When a building has a pitched roof, it is often best to insulate at rafter level rather than ceiling. This is the most popular and cost-effective way of insulating a pitched roof.
It is essential that a proper ventilation gap is left under the insulation to prevent moisture ingress and condensation which could cause timber damage and lead to rot.
There are various types of warm insulation materials that can be used in a pitched roof including mineral or glass wool, polystyrene slabs and spray foams. When installed correctly, these can help reduce up to 25% of heat loss from a roof and stabilise indoor temperatures throughout the year.
In addition to reducing heating bills, well-insulated pitched roofs can also reduce the amount of energy used by the building and therefore have a positive impact on the environment. In particular, insulated buildings can substantially cut carbon emissions and significantly reduce the demand for heating and cooling systems which can be sourced from fossil fuels.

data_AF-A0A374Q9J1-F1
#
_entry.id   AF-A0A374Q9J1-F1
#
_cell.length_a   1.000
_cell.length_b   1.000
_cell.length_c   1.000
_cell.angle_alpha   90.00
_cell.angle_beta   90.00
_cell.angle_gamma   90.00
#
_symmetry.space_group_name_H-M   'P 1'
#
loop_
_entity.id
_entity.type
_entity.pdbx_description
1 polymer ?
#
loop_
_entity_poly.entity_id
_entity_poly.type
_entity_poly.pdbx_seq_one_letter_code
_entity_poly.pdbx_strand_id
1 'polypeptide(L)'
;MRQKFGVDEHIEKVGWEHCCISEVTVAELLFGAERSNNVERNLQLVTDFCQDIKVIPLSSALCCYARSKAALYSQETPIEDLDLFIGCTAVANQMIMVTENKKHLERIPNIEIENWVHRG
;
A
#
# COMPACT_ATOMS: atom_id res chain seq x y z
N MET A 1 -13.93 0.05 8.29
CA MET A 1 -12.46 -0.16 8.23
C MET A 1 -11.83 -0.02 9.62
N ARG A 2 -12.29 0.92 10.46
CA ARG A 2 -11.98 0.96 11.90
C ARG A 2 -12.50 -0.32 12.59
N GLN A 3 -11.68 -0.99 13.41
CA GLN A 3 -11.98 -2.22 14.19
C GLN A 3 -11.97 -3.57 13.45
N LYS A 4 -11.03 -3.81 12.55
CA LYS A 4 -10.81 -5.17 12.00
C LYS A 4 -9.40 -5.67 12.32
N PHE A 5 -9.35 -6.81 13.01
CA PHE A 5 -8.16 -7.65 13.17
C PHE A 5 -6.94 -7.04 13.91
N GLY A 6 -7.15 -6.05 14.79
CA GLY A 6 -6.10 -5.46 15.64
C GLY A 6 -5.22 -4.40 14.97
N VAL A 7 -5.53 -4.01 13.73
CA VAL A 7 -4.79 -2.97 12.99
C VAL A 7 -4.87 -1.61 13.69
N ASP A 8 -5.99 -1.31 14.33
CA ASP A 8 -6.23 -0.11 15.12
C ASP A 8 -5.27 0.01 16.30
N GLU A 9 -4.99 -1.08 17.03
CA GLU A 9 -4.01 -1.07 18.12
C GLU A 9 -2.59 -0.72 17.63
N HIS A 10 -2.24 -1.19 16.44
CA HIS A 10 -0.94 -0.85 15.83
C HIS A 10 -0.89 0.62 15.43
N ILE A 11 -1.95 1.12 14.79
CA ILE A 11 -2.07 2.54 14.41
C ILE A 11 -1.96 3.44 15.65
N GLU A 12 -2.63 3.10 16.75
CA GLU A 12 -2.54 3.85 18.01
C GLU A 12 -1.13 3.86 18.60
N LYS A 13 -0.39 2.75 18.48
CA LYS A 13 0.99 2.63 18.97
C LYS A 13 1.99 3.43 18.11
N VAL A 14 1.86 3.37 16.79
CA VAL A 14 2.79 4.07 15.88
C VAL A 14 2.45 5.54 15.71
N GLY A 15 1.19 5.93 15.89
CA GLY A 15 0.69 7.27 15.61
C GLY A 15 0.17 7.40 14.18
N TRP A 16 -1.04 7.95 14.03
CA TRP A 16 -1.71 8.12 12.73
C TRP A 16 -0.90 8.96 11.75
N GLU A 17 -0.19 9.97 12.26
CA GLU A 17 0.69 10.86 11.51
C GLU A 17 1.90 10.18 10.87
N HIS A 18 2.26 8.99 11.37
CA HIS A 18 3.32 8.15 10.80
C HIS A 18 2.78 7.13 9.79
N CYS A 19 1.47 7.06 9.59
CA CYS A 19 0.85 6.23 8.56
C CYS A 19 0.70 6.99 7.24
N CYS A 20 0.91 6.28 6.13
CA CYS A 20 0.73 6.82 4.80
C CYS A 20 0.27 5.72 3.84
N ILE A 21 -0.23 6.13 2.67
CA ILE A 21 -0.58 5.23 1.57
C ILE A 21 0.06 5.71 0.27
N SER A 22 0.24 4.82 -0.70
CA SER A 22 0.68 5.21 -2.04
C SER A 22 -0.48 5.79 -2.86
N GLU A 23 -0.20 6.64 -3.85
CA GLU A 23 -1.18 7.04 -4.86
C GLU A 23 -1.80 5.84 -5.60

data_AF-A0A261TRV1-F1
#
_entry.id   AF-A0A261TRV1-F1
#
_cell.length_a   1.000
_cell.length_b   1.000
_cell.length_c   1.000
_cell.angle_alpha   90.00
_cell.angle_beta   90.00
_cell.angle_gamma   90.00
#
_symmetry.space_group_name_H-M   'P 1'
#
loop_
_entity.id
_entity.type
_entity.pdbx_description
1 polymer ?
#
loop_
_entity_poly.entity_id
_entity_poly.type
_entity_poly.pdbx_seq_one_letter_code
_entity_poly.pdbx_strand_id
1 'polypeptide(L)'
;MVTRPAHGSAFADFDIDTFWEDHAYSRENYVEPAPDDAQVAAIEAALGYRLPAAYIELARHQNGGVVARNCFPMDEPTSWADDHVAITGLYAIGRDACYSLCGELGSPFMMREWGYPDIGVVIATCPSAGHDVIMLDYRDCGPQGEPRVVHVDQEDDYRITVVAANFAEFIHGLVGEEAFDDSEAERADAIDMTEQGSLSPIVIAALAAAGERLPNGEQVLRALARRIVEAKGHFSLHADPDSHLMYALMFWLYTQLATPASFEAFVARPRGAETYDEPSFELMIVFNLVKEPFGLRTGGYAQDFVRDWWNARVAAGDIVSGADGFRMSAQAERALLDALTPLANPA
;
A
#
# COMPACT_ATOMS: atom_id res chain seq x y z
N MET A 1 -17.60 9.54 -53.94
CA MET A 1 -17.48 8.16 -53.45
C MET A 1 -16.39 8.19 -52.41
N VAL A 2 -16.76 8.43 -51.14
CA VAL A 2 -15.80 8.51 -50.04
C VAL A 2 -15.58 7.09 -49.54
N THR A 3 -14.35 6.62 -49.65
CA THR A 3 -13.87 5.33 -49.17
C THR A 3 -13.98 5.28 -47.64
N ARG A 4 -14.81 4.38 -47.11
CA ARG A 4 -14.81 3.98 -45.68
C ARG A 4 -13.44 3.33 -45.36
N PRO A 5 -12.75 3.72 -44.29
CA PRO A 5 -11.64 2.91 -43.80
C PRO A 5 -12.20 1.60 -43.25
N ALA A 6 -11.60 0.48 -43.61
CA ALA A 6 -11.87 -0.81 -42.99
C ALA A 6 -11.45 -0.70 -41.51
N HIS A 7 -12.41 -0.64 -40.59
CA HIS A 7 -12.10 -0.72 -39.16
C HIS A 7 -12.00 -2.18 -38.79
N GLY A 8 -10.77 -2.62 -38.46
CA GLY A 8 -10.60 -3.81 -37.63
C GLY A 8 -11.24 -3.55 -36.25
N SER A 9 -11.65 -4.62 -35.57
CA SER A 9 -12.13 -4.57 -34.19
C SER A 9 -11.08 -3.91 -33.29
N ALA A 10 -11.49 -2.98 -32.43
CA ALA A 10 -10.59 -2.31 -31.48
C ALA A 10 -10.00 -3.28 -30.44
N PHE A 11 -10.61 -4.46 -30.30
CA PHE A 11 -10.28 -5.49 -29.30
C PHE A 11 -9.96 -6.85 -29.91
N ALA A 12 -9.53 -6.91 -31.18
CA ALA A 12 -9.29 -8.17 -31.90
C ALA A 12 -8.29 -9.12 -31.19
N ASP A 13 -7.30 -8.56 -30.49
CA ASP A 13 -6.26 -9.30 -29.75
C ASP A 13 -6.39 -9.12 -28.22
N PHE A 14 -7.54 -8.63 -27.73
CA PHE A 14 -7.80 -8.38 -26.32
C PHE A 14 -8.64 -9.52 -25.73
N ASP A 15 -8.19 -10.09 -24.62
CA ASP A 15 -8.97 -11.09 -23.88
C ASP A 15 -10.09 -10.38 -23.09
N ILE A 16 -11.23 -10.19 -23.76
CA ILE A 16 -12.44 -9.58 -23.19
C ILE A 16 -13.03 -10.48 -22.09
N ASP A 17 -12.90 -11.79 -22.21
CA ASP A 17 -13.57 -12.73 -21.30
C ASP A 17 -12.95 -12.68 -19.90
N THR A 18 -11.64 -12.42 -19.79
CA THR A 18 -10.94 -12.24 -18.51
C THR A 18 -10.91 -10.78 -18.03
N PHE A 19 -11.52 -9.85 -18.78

To find out whether your property is eligible for free pitched roof insulation, contact us today!
The most important factor when insulating a pitched roof is to ensure that the construction of the roof is suitable. This is particularly important for older, traditional buildings which typically use permeable roofing materials such as tiles and slates to allow water vapor to escape. If this breathable quality is not retained when an insulated pitch roof is installed, it will likely not achieve the U value target set out in Building Regulations. Spray foam insulation